By Vivian Shipe
KNOXVILLE, TN — The Courage To Lead with a Greater Determination was the theme of a week of eleven King celebration activities held in Knoxville by the MLK Commemorative Commission in honor of the Martin Luther King Jr. Holiday.
One of the activities was the Commissions thirtieth annual luncheon. Held at Rothchild’s
Catering Center, 700 attended the luncheon which recognizes leaders in the areas of business, education, and advocacy. The event was highlighted with a dynamic speech by Minnijean Brown Trickey.
Trickey, an American Civil Rights Icon and activitist, is one of the Little Rock Nine, a group of African American teenagers who desegregated Central High School under the protection of federal troops in 1957.
The recipient for the 2019 Business award was Tommy Wykle of Wykle’s Auto Sales.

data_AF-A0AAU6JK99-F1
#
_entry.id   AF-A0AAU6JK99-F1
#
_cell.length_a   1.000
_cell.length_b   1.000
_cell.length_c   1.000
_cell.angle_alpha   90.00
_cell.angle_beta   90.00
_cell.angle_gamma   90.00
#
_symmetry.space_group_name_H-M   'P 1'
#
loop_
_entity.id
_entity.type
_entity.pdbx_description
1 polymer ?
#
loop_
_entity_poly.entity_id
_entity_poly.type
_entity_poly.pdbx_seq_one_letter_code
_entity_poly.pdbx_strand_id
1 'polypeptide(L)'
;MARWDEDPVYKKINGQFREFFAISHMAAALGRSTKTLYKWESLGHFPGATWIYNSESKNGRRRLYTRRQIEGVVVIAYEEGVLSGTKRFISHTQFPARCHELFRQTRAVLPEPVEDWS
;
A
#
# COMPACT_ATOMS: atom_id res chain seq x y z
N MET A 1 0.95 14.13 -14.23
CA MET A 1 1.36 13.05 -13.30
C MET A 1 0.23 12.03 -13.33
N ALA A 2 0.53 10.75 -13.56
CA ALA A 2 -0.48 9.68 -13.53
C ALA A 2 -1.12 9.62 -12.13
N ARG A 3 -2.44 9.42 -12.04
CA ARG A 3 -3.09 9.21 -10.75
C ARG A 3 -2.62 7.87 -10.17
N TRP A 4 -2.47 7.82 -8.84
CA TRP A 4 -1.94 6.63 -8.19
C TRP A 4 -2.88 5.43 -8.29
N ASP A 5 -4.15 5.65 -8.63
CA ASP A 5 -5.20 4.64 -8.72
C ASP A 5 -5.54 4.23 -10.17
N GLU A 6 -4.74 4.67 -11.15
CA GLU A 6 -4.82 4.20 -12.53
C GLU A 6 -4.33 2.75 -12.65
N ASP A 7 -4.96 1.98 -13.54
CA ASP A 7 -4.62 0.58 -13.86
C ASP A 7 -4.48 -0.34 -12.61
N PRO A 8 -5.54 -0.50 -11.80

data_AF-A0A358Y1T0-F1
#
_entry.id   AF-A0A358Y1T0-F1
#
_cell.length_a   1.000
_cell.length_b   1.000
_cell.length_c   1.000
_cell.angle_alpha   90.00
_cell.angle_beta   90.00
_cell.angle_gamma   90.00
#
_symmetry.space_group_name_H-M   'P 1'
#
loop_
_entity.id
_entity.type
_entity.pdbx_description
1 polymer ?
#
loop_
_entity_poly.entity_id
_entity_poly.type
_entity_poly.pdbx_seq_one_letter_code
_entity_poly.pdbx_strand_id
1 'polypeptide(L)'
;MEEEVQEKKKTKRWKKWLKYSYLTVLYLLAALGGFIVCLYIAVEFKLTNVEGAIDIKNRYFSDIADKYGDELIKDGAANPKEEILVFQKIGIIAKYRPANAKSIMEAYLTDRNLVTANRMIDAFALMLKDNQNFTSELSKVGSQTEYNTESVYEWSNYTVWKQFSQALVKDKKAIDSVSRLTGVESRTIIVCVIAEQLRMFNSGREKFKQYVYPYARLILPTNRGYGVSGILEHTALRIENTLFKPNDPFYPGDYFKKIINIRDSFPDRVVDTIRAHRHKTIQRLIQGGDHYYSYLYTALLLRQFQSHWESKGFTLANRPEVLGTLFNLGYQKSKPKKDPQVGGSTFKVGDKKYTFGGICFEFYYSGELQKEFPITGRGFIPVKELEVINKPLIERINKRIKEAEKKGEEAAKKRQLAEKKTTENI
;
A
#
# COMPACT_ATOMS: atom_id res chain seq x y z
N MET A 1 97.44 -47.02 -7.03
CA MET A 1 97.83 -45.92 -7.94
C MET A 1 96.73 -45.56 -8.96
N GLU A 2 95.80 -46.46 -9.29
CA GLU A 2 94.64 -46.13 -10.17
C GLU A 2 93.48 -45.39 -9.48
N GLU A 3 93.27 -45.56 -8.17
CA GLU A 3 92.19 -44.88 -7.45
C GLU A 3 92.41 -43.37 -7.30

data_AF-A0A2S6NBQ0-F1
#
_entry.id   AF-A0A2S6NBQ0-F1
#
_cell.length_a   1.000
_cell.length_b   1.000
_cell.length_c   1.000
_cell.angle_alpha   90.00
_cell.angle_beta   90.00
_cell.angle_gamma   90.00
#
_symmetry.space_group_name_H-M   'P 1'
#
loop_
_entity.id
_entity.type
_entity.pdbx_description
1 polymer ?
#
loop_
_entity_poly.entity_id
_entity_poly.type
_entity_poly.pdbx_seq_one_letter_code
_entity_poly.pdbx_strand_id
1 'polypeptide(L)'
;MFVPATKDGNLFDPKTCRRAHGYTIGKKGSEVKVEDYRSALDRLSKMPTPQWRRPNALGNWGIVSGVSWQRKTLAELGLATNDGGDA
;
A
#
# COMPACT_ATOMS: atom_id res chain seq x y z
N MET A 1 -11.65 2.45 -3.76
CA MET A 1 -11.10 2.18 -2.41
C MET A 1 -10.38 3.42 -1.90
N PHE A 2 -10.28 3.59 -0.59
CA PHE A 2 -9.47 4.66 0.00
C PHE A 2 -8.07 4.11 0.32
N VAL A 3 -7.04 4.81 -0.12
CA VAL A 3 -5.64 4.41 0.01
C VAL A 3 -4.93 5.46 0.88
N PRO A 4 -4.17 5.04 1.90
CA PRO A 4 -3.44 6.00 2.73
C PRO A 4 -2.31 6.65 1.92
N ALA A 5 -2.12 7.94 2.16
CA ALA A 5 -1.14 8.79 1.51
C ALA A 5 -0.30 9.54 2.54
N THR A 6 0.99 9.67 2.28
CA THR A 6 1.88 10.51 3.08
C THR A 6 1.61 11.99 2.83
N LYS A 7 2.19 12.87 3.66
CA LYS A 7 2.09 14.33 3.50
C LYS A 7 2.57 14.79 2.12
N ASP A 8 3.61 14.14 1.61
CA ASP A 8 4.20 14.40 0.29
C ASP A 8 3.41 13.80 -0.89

Wykle was the FIRST black car dealership in Knoxville and this year will celebrate 50 years of being in business.
The education award was presented to Mrs.Renee Kelly. She is the Director of Emerald Academy, Knoxville’s only charter school.
Vivian Underwood Shipe received the advocacy award for her efforts over the last 40 years
to serve the most vulnerable and at risk of Knoxville’s population.
The commission also awarded the Grand Marshall award to Harold Agnew, the Distinguished Service Award to Phyllis Young Nichols, the Community Service Award to Denetria Moore, and the Arts Award to Brian Clay.
Clay, a classical trained pianist, is a previous winner of the Atlanta Choice Award for Best instrumental artist . With 7 CDs to his credit Clay is also the creator of JAZZSPIRATIONS, a successful syndicated radio program.
Among the numerous events held in honor of Dr. King; celebrations included three symposiums, interfaith prayer services, a night with the arts and concluded with a march and closing ceremonies led by key note speaker Reena Evers-Everette, the daughter of slain civil rights activist, Medger Evers.
This is the 37th year of events held in Knoxville honoring the memory of Dr. King.